Thursday, April 12, 2012
Thursday, March 08, 2012
1. Take a whole bottle of laxatives 30 min. before surgery. Doing so will give the nurses something else to do besides commenting on the enormity of your nose. ( Oops! did I say enormity..my bad... I meant normalcy.) And the laxative effect will keep the surgery moving right along. No dawdling.
2. Shove some limburger cheese as far up your nostrils as you can. It'll give the event the flavor of a treasure hunt not unlike trying to find what is stinking up your refrigerator.
Hope those help turn the experience to a zany experience for the surgeons and staff. Too bad you'll be asleep and won’t hear the laughter and gratitude expressed by all involved.
Now on a more serious comment, I want to share some little known Biblical facts that might be a great motivator to endure these "light and momentary" troubles. (For our light and momentary troubles are achieving for us an eternal glory that far outweighs them all. II cor. 4:17)
You see, the word sinus is really a transliteration of the Hebrew word Sinai. The OT instance during which Moses climbed Mt Sinai is based on an incident during which Moses got drunk and pushed an olive pit way up his nose and then couldn't dislodge it. He had an enormous nose. No one had the huevos to mention it except the sons of Korah who were eventually swallowed by the earth. (Numbers 25: 8-10) Anyway, references to climbing Mt Sinus (Sinai) were used (mostly by the sons of Korah) to refer to Moses' battle to get the olive pit out of his nose. No one wanted to be around when he was in full battle mode with the pit so the people would rope off an area around him so others wouldn't get too close to the epic battleground. Eventually (here's where it applies to your situation) Moses got so desperate that he took a shard from a broken clay pot (In his state of panic he didn’t notice that the shard was from a chamber pot) and went up Mt Sinai for the final attempt to defeat the cursed pit. The pain was so intense that Moses began to hallucinate and believed he was talking to God. Thus the Tem Commandments. He also shouted out the score from the 1991 Super bowl during which Buffalo lost at the last second because Kicker Scott Norwood missed a field goal. Go figure. Anyway, Moses was always angry from then on for his entire life. Partly at himself for using a shard from a chamber pot to dig out the olive pit and partly at everything and everyone else. The hair in Moses' left nostril (the one with the olive pit and the stinking chamber pot shard) died and never grew back which gave him a sort of scary look. He even wore a veil most of the time from then on whenever there were plenary sessions that required his attendance. In his anger he broke the first set of stone tablets shouting in anger: "This is all God has to say? Everyone knows these; they're simplistic, open to all kinds of misinterpretation, and boring." That very night he dreamed about American evangelicals and it became clear to him why they would need a simplistic set of commandments, commandments that wouldn't interfere with their consumerist view of life and the church. So he had a six year old girl re-write them and he made sure he referenced them in detail in the Bible he was working on.
Moses was always angry - whacking stuff with his staff, creating snake plagues, etc., plus he looked like an idiot with that black sheave of hair growing out only one nostril. Thus when it came time to enter the promised land, God said, "I don't want some crazy, one nostril haired, angry madman to lead my people at this time. So he picked Joshua, who had balanced nostril hair, wasn't really angry with anyone and was really photogenic, to lead the Israelites into the promised land.
Just in case you missed the subtlety of my story here, let me make it plain. You can't be a prophet and get favored appointments if your nostrils and Sinai are all messed up. God doesn't want unseemly prophets. So that’s what Paul was referring to about the light and momentary trouble (the Greek word for trouble really means excruciating pain) you have to endure to be a proper prophet. But it’s really worth it, really. So I am praying that you make a full recovery and are able to someday stand with other great men, prophets of God who.....oh no…wait! you're a woman, aren't you. Oh man I'm really sorry, I totally blanked on that piece of it...you’re toast as a prophet… you'll still be blackballed from getting to lead groups anywhere of significance..I feel terrible for building your hopes...well, you’ll be able to be a terrific help meet. That'd be sort of cool as long as you didn't have a lot of kids...Oh there I go again...I'm sorry Sis... Still, I think it would be helpful if you got through the surgery OK, with minimum pain. Don't get mad though whatever you do. If you go around like an eternally menopausal crazy woman, your friends might rope you off and isolate you....Oh yeah, your elders already did that...never mind then.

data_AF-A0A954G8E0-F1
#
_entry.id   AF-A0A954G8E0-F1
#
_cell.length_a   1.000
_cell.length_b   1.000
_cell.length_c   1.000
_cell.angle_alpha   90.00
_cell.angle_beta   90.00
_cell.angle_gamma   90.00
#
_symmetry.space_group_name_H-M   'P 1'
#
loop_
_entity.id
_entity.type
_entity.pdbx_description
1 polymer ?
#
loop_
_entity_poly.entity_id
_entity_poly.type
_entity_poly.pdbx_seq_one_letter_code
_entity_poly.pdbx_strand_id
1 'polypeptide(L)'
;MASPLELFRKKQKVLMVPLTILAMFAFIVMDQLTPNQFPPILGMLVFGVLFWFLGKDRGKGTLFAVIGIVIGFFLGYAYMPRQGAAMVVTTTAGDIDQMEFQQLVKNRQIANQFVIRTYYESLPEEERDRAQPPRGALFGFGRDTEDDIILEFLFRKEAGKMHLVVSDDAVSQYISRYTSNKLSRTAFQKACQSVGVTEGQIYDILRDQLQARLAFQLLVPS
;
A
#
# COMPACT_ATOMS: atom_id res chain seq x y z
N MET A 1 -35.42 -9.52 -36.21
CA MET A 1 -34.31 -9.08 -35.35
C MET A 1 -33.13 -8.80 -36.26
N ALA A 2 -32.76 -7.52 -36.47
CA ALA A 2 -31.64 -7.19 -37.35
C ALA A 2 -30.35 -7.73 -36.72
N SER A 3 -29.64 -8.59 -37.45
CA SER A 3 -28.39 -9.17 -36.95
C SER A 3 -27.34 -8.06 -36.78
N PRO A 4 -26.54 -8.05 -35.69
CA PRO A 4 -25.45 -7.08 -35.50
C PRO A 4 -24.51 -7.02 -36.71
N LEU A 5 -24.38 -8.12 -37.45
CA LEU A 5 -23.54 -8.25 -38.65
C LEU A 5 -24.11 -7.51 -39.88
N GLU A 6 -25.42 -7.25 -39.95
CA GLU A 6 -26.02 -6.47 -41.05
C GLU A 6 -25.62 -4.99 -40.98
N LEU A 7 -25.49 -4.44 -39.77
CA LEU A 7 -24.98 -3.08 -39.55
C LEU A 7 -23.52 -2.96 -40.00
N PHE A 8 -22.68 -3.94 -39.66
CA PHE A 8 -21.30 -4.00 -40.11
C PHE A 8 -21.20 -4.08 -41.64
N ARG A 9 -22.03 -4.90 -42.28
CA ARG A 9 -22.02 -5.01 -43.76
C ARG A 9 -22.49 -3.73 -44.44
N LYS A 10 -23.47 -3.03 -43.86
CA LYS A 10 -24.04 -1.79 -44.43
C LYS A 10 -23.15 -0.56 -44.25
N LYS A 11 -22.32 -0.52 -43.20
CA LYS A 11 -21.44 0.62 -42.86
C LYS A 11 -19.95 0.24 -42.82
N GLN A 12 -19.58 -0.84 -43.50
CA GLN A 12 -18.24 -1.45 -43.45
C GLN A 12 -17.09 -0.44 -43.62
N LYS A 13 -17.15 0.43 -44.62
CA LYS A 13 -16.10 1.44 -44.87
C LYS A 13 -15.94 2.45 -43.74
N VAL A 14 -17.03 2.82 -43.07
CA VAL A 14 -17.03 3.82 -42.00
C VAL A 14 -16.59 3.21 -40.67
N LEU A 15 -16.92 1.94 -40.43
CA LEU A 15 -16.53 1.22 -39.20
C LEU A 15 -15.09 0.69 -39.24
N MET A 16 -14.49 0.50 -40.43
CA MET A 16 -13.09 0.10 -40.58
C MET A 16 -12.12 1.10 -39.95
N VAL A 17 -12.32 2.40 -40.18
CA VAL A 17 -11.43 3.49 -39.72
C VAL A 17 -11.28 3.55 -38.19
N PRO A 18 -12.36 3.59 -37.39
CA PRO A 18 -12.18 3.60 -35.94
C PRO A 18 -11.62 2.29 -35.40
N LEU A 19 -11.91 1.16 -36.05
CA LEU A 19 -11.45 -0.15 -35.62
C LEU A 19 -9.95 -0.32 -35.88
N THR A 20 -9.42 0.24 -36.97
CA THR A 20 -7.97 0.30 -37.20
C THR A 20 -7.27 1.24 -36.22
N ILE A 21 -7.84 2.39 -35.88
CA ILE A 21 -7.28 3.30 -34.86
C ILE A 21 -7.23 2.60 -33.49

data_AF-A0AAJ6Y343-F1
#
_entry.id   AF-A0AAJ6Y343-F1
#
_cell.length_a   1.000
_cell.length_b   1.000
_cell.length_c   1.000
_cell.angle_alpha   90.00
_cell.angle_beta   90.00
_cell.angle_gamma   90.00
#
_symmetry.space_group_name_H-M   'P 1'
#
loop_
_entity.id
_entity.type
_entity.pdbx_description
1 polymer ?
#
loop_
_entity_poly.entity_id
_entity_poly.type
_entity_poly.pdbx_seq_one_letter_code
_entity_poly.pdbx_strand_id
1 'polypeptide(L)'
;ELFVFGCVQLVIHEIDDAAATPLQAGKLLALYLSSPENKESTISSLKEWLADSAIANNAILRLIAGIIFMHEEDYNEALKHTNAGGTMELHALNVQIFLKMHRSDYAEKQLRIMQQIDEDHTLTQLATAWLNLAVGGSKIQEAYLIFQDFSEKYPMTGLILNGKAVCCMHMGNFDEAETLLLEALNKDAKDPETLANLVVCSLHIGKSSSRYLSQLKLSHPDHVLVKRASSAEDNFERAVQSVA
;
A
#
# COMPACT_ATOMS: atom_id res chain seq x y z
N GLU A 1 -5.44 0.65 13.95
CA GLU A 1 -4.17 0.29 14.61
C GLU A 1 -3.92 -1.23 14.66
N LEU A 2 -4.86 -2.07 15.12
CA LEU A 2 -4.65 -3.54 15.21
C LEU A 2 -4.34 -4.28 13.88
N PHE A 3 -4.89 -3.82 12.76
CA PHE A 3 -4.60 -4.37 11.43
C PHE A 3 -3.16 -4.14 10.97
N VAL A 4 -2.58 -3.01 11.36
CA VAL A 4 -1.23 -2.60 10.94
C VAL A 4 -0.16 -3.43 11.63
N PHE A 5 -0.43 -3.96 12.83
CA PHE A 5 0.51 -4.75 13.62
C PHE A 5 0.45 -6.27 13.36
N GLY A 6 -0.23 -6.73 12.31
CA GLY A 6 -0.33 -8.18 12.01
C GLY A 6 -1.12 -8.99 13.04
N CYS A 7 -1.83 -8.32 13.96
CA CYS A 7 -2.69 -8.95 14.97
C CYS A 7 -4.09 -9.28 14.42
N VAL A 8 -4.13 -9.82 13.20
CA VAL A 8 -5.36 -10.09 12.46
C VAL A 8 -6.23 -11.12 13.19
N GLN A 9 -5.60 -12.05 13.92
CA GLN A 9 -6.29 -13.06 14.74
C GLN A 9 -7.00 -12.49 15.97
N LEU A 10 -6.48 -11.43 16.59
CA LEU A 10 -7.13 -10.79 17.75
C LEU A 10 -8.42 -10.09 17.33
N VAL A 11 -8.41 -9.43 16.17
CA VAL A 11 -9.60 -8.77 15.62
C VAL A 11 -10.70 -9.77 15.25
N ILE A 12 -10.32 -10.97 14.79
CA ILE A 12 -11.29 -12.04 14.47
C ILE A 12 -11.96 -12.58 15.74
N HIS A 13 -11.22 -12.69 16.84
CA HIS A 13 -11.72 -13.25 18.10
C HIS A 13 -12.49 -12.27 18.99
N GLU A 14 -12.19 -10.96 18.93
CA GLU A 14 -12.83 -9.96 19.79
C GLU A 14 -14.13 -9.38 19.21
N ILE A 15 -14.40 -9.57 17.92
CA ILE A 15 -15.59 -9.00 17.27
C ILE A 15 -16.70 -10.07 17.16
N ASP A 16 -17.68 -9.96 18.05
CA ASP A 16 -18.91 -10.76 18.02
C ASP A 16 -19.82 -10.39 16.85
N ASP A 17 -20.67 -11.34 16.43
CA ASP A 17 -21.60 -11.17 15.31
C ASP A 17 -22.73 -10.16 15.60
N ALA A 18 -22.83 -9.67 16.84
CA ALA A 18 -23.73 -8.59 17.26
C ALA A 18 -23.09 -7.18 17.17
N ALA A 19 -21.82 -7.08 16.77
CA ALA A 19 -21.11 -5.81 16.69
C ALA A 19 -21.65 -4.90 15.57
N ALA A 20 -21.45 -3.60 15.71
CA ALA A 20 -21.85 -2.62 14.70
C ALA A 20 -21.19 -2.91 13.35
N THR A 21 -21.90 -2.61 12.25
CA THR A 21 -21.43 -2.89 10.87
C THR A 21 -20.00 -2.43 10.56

I will keep praying, dear sister; I love you very much and hope these surgeries turn out to be really helpful. (This was a serious sentence, in case you were wondering.)
Monday, November 21, 2011
At the end of Mathew 26, Peter disowns Jesus completely with a string of curses that would have made a sailor bow in awe. Peter was in a fix and wanted to hide the fact that he was one of Jesus’ disciples. Of course it was a lame idea since his homeland was written all over him, in his clothes, mannerism, and especially his accent. Galileans' heavy accent resulted in a distinct way of pronouncing (or mispronouncing) common Jewish words. Their speech was seen as definitely low brow. In spite of his protests, everyone standing around the campfire knew he was Galilean. Galileans were seen as tool belt jockeys – uncouth, unlearned, and good for blue collar work and/or ultimate fighting. In fact there were no teaching synagogues in Galilee and the learned rabbis from Jerusalem made guest appearances only rarely. That’s one reason the intellectuals from Jerusalem were so bewildered with Jesus’ authority. It would be like Rocky Balboa stumping Richard Dawkins from Oxford in a debate over the existence of God. “Where’d you learn this stuff?” they kept asking Jesus, “to what school of thought do you belong?” Jesus kept saying, “I learned this stuff from my Dad.” which was not a very satisfactory answer.
As I was reflecting on this passage, it occurred to me that even though we who follow Jesus claim that we are not from the Kingdom of the World but instead, we are of the Kingdom of God on earth, it’s really easy to hide our faith from folks outside the church – in fact we have to manufacture circumstances under which to surprise them with the news flash that we are actually people of Jesus. Would it be fair to say that Peter was more obviously Galilean, than we are Christian? Wouldn’t it be cool if followers of Jesus had a clearly distinguishable “accent” that made the fact of our choice to be such followers a dead giveaway?